Moving to Frankfurt with Family in 1st Quarter of 2018

Hi All,

My husband will be relocated to Frankfurt Germany in the first qtr of 2018.  Family is included in the relocation package.  We have four children aged 9, 7, 3 and 1 yo.  The company will shoulder the school fees for one year for my two older children. We are looking at Metropolitan School of Frankfurt (MSF) as our first choice since its in the middle range when it comes to school fees.  However, we are not sure on how much salary package to negotiate, so needing for some advice here.

My questions are:
1.)  Any review for MSF?  Is it a good school? 
2.)  Which area is best to look for a house or apartment, that is near to MSF.  By the way, my husband's office will be in Sulzbach.  How much normally is the rent for a 3-bedroom fully furnished?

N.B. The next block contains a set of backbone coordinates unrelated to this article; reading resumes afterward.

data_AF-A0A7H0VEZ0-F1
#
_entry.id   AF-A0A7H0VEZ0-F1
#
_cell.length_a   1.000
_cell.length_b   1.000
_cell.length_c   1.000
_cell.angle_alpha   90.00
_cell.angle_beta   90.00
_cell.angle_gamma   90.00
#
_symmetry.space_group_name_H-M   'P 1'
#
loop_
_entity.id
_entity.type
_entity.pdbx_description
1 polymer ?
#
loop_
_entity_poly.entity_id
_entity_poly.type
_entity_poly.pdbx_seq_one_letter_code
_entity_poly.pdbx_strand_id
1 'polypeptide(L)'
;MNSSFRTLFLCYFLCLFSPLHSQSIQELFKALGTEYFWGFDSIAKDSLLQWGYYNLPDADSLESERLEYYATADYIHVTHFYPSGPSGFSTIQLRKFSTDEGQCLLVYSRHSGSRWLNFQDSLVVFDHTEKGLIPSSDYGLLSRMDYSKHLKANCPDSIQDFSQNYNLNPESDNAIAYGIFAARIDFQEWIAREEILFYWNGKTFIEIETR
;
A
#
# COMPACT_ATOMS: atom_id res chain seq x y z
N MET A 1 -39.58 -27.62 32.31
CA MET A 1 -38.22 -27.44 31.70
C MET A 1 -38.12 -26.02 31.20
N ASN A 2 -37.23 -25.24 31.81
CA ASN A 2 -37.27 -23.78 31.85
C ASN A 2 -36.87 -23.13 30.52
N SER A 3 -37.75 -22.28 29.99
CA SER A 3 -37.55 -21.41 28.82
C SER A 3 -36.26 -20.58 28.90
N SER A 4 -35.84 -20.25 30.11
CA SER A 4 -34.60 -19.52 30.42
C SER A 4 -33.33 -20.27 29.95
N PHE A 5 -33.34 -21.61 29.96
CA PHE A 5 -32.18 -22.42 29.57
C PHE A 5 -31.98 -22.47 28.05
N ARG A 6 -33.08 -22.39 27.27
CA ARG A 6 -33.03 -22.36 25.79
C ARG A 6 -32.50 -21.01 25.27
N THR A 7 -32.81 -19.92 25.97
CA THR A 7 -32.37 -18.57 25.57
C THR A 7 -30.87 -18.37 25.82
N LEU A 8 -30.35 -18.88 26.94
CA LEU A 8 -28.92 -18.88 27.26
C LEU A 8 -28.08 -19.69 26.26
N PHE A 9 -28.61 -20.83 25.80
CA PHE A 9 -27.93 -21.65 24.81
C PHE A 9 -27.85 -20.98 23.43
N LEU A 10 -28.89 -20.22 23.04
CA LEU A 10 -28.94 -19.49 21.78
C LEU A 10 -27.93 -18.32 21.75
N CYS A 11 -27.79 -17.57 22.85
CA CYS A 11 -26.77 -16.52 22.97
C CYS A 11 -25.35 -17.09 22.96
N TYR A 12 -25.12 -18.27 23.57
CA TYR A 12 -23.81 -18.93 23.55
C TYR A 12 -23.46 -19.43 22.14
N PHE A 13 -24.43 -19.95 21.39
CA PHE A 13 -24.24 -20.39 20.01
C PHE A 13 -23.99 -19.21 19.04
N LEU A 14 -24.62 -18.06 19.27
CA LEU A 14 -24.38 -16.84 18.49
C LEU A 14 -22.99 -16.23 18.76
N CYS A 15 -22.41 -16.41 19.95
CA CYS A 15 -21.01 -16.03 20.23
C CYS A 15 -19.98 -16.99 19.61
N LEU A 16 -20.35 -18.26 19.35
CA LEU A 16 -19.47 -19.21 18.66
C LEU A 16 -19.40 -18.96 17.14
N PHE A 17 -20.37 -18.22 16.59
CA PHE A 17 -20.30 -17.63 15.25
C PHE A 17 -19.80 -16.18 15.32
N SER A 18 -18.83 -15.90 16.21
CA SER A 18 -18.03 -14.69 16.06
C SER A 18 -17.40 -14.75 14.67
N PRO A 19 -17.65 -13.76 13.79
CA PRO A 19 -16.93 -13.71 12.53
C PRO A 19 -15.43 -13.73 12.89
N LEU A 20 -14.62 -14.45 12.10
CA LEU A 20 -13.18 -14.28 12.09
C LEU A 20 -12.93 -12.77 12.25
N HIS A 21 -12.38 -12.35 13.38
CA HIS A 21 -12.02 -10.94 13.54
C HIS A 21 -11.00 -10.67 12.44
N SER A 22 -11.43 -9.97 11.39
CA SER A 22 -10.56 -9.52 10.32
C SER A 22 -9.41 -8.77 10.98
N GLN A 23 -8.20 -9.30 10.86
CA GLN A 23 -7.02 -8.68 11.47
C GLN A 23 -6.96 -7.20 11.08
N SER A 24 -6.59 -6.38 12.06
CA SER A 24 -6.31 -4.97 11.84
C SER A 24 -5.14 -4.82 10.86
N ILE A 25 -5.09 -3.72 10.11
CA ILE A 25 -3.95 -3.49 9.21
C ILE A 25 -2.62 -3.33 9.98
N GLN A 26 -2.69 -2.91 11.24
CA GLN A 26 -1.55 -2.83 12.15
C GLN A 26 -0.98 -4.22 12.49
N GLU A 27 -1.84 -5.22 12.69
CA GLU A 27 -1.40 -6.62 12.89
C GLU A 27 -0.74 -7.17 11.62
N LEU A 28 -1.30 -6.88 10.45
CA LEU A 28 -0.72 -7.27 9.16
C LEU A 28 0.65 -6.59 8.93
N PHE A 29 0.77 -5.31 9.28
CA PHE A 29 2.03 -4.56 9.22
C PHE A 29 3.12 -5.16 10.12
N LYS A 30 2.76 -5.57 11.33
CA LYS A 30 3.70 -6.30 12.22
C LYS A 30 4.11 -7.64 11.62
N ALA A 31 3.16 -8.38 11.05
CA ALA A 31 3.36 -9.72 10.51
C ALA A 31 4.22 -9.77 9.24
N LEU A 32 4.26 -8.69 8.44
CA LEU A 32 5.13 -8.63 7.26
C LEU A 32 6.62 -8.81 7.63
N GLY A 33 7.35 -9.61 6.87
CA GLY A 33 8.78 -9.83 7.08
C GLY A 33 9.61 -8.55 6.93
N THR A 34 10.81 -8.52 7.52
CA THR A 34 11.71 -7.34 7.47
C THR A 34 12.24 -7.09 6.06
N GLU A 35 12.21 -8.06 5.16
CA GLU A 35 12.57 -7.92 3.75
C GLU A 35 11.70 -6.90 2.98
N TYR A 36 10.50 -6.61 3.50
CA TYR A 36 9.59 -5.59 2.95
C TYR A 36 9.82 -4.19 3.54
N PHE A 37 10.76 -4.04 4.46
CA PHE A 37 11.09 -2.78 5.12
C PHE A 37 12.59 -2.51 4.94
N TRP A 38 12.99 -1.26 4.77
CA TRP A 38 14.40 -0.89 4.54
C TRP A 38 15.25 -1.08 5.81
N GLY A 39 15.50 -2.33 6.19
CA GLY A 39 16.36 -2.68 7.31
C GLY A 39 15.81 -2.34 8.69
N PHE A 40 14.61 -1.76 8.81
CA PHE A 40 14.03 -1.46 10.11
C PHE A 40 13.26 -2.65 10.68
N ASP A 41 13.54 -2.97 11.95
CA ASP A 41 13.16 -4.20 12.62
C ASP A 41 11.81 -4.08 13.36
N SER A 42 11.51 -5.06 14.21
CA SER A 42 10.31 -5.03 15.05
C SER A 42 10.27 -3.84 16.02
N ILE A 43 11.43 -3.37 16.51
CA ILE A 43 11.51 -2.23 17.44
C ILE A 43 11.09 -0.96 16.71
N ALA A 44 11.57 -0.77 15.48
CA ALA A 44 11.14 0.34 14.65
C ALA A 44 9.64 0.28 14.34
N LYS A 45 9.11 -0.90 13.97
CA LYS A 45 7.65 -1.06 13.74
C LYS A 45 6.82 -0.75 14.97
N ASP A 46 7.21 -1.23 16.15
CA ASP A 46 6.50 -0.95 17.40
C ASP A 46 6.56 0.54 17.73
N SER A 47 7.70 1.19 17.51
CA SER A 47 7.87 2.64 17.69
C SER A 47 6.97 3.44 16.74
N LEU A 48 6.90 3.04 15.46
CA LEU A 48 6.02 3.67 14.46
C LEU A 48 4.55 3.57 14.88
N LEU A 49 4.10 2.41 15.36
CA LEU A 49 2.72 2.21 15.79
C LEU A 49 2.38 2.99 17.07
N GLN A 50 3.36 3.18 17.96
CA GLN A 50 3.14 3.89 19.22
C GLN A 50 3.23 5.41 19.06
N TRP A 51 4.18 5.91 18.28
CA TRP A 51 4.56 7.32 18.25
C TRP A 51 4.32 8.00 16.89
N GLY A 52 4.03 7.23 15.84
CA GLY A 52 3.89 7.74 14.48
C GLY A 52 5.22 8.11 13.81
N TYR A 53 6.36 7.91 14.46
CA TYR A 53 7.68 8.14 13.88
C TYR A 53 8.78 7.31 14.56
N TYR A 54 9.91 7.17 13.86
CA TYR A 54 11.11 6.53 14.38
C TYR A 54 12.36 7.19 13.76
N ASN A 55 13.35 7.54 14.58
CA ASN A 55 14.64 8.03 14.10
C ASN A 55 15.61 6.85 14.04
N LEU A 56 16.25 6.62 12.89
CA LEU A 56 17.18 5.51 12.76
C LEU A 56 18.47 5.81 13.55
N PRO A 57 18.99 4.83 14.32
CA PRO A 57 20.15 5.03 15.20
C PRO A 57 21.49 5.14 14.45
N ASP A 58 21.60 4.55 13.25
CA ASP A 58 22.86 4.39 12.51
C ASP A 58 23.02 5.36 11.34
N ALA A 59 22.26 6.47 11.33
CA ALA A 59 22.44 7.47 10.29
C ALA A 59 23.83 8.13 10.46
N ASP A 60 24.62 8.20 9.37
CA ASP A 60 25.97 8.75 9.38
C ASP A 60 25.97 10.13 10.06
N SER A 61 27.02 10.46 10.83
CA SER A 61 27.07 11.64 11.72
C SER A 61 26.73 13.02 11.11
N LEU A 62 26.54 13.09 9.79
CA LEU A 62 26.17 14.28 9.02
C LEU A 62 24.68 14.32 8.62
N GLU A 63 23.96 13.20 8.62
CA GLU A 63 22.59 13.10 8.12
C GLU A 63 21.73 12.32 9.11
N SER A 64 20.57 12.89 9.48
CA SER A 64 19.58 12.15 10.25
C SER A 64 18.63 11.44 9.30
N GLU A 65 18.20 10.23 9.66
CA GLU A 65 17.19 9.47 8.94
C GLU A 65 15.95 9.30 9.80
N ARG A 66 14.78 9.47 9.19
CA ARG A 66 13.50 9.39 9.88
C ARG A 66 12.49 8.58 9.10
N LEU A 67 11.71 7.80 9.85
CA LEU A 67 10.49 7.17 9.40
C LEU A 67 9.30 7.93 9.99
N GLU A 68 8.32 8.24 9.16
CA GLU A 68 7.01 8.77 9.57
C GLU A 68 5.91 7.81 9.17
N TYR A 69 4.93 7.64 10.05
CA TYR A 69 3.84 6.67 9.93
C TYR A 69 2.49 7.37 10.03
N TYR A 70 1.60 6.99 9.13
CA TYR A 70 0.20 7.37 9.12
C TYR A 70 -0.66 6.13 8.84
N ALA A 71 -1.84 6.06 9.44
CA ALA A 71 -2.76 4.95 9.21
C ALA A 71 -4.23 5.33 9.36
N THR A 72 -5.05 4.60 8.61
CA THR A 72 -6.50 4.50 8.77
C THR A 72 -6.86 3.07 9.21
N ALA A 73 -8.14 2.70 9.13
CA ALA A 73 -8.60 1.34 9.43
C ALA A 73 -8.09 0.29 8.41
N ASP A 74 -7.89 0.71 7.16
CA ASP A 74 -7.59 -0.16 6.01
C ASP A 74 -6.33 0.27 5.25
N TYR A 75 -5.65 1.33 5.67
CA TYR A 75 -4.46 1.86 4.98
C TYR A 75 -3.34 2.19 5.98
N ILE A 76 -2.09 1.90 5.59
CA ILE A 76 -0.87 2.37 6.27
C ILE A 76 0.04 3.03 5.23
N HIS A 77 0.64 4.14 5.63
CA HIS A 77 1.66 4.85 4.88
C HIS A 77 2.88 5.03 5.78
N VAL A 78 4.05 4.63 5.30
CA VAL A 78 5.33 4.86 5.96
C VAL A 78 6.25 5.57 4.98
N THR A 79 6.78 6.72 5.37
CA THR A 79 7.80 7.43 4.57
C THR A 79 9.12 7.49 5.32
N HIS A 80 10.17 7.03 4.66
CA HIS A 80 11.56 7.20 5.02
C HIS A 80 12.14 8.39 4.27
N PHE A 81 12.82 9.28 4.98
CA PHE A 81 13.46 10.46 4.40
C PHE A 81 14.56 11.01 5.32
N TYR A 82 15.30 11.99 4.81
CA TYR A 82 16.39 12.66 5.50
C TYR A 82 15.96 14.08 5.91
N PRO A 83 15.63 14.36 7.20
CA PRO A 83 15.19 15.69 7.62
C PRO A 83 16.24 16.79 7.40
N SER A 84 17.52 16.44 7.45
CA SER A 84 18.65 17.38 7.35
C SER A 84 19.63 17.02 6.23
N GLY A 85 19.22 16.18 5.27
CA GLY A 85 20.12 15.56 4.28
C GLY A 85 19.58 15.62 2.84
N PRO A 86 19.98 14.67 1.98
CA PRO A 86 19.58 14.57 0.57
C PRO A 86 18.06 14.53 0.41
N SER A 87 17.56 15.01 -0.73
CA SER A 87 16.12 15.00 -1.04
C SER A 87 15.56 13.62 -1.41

3.)  What is the average cost of living for a family of six?
4.)  Is it advisable to buy a car?  Or renting out is ok? How much?
5.)  What range of income should we negotiate, inorder for us to have even just a comfortable life in Frankfurt?

Hoping for any feedback.  Would greatly appreciate it!



Hi from a German-Singaporean family in Stuttgart!
While I cannot comment on the Frankfurt-specific questions, I can help you with some general ideas:
- Sulzbach is 45min drive from Frankfurt - IF there is no jam (which is unlikely during peak hours when your husband goes to and from work). I would not stay that far away from the workplace if I were you!